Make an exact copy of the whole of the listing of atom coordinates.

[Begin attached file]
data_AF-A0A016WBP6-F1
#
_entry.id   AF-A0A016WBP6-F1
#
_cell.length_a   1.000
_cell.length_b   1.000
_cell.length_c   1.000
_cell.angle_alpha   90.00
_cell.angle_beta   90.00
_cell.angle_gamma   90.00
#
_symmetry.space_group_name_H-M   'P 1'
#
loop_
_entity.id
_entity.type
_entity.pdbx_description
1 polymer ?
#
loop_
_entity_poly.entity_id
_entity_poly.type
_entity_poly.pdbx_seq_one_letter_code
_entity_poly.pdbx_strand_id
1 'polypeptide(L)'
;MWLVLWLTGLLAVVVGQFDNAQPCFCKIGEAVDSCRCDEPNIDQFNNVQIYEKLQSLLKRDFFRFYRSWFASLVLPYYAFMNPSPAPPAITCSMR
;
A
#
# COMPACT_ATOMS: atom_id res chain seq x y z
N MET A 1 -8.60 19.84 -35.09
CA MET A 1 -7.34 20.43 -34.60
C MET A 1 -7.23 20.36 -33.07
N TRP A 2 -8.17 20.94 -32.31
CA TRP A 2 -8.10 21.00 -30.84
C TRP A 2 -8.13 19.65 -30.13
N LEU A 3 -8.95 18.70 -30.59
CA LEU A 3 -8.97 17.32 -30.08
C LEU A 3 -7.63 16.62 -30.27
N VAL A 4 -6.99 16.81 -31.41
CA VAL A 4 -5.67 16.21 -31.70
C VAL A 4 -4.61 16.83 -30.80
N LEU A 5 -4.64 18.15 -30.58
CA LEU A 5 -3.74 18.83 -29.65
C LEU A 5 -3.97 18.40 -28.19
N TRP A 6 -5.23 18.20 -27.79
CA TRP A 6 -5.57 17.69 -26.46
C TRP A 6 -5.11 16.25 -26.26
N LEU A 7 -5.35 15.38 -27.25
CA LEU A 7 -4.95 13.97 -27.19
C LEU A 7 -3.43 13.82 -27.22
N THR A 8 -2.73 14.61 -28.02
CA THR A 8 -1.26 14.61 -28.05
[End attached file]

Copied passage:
data_AF-A0A016WBP6-F1
#
_entry.id   AF-A0A016WBP6-F1
#
_cell.length_a   1.000
_cell.length_b   1.000
_cell.length_c   1.000
_cell.angle_alpha   90.00
_cell.angle_beta   90.00
_cell.angle_gamma   90.00
#
_symmetry.space_group_name_H-M   'P 1'
#
loop_
_entity.id
_entity.type
_entity.pdbx_description
1 polymer ?
#
loop_
_entity_poly.entity_id
_entity_poly.type
_entity_poly.pdbx_seq_one_letter_code
_entity_poly.pdbx_strand_id
1 'polypeptide(L)'
;MWLVLWLTGLLAVVVGQFDNAQPCFCKIGEAVDSCRCDEPNIDQFNNVQIYEKLQSLLKRDFFRFYRSWFASLVLPYYAFMNPSPAPPAITCSMR
;
A
#
# COMPACT_ATOMS: atom_id res chain seq x y z
N MET A 1 -8.60 19.84 -35.09
CA MET A 1 -7.34 20.43 -34.60
C MET A 1 -7.23 20.36 -33.07
N TRP A 2 -8.17 20.94 -32.31
CA TRP A 2 -8.10 21.00 -30.84
C TRP A 2 -8.13 19.65 -30.13
N LEU A 3 -8.95 18.70 -30.59
CA LEU A 3 -8.97 17.32 -30.08
C LEU A 3 -7.63 16.62 -30.27
N VAL A 4 -6.99 16.81 -31.41
CA VAL A 4 -5.67 16.21 -31.70
C VAL A 4 -4.61 16.83 -30.80
N LEU A 5 -4.64 18.15 -30.58
CA LEU A 5 -3.74 18.83 -29.65
C LEU A 5 -3.97 18.40 -28.19
N TRP A 6 -5.23 18.20 -27.79
CA TRP A 6 -5.57 17.69 -26.46
C TRP A 6 -5.11 16.25 -26.26
N LEU A 7 -5.35 15.38 -27.25
CA LEU A 7 -4.95 13.97 -27.19
C LEU A 7 -3.43 13.82 -27.22
N THR A 8 -2.73 14.61 -28.02
CA THR A 8 -1.26 14.61 -28.05